As a mom of two girls I usually feel compelled to click through when I see something out there in Internet land that is talking about body image and self esteem.
Because body image and self-esteem are definitely two of the biggest issues out there for young girls.
This week the Internet was pretty much burning up with body image and self-esteem talk between Disney glamorizing Merida for her Princess inauguration and the Abercrombie and Fitch CEO talking about how his clothes are only for the "cool kids". The good looking and skinny cool kids, that is.
I am not a reactionary person so it has taken me a few days to mull over my thoughts. I am also not an activist in any way. I am not afraid to stand up to things that I believe are wrong, in my own introverted way, especially if those thing affect my children, but I definitely am not one out there lobbying for change.
So I have spent several days reading lots of opinions about whether I should be outraged about these two events, especially as a mom of two girls.
It took me awhile to decide whether I truly believed that the Abercrombie and Fitch's CEO decision to only create clothes for the "cool kids" was going to be demoralizing for my girls. Or whether I thought that Disney's feminizing and glamorizing of Merida was going to affect my girls image of themselves as strong and independent girls.
And I decided...No
These two events will have little or no impact on girls body image or self-esteem.
Not that I don't think that the CEO of Abercrombie and Fitch is a total a**. He surely is repressing some deep dark insecurities. I just don't think that his a**iness will in any way make my strong, athletic, independent girls think less of themselves.
Not that I don't think that the fact that Disney feels like they have to make Merida look more conventionally Princess-like in order to better market her sucks. I just don't think that my girls will even notice. The fact is as much as they love Disney they have just never been Princessy girls. It's just not who they are.
Now I know that people will tell me that the two events from this week are just symptoms of a bigger problem in our society. A bigger problem that is being projected onto our little girls.
But I still don't think that it will change the way my girls view themselves.
Because I believe that I have the most control over how my girls view themselves.
I think that I can control what affects my girls self-esteem and body image. And not by limiting what they watch on TV or where they shop for their clothes.
I control how I present myself to them. I control the other women and mentors who are in their lives. I control the men and boys that allowed in their life and control what is acceptable and what is not.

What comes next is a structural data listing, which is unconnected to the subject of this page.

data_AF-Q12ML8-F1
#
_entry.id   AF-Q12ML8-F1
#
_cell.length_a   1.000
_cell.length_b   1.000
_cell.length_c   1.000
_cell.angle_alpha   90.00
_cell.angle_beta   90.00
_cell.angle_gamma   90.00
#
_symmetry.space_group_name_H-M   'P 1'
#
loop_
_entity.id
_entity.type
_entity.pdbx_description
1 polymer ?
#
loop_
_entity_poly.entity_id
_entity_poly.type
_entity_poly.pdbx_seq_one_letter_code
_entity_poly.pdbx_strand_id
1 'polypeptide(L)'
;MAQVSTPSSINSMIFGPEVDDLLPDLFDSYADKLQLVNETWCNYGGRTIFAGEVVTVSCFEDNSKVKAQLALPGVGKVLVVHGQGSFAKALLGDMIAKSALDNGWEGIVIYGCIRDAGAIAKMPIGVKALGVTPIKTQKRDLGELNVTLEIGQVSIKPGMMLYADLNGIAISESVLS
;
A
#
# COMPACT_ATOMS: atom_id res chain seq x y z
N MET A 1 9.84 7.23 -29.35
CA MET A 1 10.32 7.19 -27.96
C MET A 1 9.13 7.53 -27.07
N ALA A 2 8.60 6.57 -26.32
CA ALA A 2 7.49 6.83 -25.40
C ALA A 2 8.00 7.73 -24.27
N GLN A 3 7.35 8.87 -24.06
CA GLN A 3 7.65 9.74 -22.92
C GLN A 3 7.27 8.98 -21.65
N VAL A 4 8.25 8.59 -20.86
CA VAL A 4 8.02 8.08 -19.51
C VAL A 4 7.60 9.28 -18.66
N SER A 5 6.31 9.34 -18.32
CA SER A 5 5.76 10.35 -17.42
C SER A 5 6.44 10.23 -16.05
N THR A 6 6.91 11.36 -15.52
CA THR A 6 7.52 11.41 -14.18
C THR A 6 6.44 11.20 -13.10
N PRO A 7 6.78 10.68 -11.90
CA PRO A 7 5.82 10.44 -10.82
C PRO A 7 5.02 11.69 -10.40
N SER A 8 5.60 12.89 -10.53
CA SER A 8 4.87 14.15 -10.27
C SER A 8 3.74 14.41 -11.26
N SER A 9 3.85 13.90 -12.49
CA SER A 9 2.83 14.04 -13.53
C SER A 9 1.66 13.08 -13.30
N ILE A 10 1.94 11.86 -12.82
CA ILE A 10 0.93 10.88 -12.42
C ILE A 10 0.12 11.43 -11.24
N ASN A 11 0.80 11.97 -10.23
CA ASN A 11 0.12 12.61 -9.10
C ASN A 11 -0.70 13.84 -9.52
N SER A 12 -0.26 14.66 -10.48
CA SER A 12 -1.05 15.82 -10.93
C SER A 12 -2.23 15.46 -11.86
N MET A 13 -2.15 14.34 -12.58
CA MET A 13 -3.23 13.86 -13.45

I do all that.
My own self-image, my own self-doubts, my own self-esteem is what will be reflected back to me in my girls.
So in my house I have made some choices.
I don't talk about diets. I talk about moderation and healthy choices.
I don't talk about getting skinny. I talk about getting stronger. Healthier. More fit.
I don't talk about a number on a scale. I talk about muscles and endurance. All three of my children love to "show their guns", their biceps.
I try very very hard not to talk about the my own body parts that I don't like in a negative way (this one is probably the hardest). Instead the girls and I joke about all of us being gifted a rather generous booty. It's ours, we own it.
And my girls are surrounded by other strong and independent women of all shapes and sizes. Some who work outside the home and some who don't. Some who work out and some who don't. Some who are outspoken and extroverted and some who are introverted and quiet. Some who have envy worthy bodies and some who are just not as concerned. But these are all women who bring something positive to the table. And women who I don't mind my girls looking up to. Women who I consider role models. Handpicked by me as potential influencers of my daughters.
And SuperHubby and I talk, especially with our two oldest, about what is acceptable in a flirting, jokey fun boy/girl way and what is not. Early this year TeenStar revealed to us several incidents of behavior from the boys in her grade that were disturbing to us. TeenStar and I spent a lot of time talking through what was okay and what wasn't. Fortunately my TeenStar is a tough cookie and she had the situation under control for herself and was more concerned for her friends. When I told SuperHubby about what was going on in the middle school his immediate reaction was to talk to our son, who also goes to the middle school. He wanted to make sure that he understood that the things he was seeing were not acceptable in any way.
I admit that mainstream culture may influence my children in some ways. We obviously don't live under a rock.
But in no way will mainstream culture or the CEO of Abercrombie and Fitch or Disney be the predominant influencer of my children's self-esteem and body image.
Because that is my job.
How do you feel about the controversial events from this week?